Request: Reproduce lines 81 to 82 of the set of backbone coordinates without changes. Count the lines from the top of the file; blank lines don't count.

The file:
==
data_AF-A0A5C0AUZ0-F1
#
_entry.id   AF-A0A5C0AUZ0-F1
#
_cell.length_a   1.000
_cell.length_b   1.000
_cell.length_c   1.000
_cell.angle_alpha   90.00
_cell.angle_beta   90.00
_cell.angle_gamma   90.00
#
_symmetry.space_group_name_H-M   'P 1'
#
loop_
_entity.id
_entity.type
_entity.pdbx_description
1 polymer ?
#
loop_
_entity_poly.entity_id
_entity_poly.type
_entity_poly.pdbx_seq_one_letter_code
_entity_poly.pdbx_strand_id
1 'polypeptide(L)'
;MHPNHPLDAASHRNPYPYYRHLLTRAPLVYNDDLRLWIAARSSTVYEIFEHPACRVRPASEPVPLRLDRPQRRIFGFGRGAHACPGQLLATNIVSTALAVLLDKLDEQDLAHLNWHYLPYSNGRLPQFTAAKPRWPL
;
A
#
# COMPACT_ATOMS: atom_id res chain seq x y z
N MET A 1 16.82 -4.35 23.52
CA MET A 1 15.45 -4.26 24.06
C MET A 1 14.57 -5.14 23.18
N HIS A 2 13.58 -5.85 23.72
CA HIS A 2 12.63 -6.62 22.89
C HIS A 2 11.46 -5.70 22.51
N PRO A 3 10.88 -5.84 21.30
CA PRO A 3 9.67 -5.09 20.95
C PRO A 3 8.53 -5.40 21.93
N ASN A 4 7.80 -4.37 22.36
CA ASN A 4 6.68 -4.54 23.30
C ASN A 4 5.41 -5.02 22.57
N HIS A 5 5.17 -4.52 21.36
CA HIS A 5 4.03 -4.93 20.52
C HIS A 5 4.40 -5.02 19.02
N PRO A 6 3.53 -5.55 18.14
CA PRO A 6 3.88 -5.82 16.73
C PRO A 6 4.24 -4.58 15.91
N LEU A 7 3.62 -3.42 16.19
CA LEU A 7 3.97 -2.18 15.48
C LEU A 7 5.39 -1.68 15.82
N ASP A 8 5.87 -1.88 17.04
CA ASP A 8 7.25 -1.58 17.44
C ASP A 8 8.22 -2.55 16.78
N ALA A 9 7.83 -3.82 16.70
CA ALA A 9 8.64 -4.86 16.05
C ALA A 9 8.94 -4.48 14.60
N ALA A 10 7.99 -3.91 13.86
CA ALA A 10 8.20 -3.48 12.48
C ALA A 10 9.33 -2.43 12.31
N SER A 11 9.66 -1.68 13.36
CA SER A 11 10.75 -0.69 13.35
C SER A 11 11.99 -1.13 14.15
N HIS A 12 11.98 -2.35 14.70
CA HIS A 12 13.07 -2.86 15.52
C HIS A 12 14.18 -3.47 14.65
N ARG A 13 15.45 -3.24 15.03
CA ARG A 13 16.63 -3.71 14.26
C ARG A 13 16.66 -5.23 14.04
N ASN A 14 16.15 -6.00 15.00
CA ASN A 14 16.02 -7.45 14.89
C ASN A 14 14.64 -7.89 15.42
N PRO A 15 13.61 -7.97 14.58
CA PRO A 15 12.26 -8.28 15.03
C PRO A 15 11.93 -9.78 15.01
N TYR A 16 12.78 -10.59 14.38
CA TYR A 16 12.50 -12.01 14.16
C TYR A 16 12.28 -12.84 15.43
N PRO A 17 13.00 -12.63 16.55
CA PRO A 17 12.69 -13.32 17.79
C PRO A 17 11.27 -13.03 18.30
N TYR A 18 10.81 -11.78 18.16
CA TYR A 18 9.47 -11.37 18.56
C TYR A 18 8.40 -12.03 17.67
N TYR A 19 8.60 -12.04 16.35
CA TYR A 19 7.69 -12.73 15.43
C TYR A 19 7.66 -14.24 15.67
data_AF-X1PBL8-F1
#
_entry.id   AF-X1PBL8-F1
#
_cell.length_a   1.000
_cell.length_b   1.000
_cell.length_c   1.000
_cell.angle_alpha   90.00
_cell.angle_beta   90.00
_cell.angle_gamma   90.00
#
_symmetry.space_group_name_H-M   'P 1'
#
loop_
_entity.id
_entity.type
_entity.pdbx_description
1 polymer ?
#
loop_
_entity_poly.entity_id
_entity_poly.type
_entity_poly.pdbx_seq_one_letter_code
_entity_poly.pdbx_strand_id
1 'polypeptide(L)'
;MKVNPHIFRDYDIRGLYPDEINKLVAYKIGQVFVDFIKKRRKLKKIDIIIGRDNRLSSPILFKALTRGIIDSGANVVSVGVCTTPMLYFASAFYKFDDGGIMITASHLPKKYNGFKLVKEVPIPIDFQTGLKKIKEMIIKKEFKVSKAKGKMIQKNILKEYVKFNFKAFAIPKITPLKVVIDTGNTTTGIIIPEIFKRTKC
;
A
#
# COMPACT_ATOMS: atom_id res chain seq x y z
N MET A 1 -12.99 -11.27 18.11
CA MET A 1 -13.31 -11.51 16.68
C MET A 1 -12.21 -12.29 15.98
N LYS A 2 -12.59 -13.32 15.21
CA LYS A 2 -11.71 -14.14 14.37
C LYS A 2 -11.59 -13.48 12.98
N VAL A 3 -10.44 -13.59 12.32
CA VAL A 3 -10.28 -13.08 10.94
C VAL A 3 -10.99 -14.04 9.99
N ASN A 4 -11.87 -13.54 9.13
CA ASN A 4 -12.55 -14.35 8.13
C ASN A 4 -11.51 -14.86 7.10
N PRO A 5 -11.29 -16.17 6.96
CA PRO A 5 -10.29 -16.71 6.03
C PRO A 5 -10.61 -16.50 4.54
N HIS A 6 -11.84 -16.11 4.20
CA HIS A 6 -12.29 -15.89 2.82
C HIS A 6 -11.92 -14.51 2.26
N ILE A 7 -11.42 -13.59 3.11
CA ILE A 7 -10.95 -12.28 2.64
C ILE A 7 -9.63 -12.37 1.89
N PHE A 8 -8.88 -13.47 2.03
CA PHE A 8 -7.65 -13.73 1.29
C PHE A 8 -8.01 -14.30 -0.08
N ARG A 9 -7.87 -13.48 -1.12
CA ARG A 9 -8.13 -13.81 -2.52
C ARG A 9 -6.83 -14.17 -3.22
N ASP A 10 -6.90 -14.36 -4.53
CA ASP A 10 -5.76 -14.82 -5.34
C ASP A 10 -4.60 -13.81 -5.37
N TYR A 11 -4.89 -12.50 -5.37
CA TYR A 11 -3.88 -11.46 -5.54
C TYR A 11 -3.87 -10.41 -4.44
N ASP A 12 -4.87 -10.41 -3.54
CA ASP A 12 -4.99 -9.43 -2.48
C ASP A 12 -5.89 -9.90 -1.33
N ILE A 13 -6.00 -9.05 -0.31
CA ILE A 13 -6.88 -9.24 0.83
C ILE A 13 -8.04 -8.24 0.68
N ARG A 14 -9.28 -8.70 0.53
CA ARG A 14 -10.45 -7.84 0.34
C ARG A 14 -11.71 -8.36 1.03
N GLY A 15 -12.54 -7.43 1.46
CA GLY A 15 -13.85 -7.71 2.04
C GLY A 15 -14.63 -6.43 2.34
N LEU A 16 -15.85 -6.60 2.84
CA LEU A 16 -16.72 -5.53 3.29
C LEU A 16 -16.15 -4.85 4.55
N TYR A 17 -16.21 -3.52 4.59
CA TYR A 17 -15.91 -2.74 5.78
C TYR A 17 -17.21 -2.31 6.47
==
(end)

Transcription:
C PRO A 17 11.27 -13.03 18.30
N TYR A 18 10.81 -11.78 18.16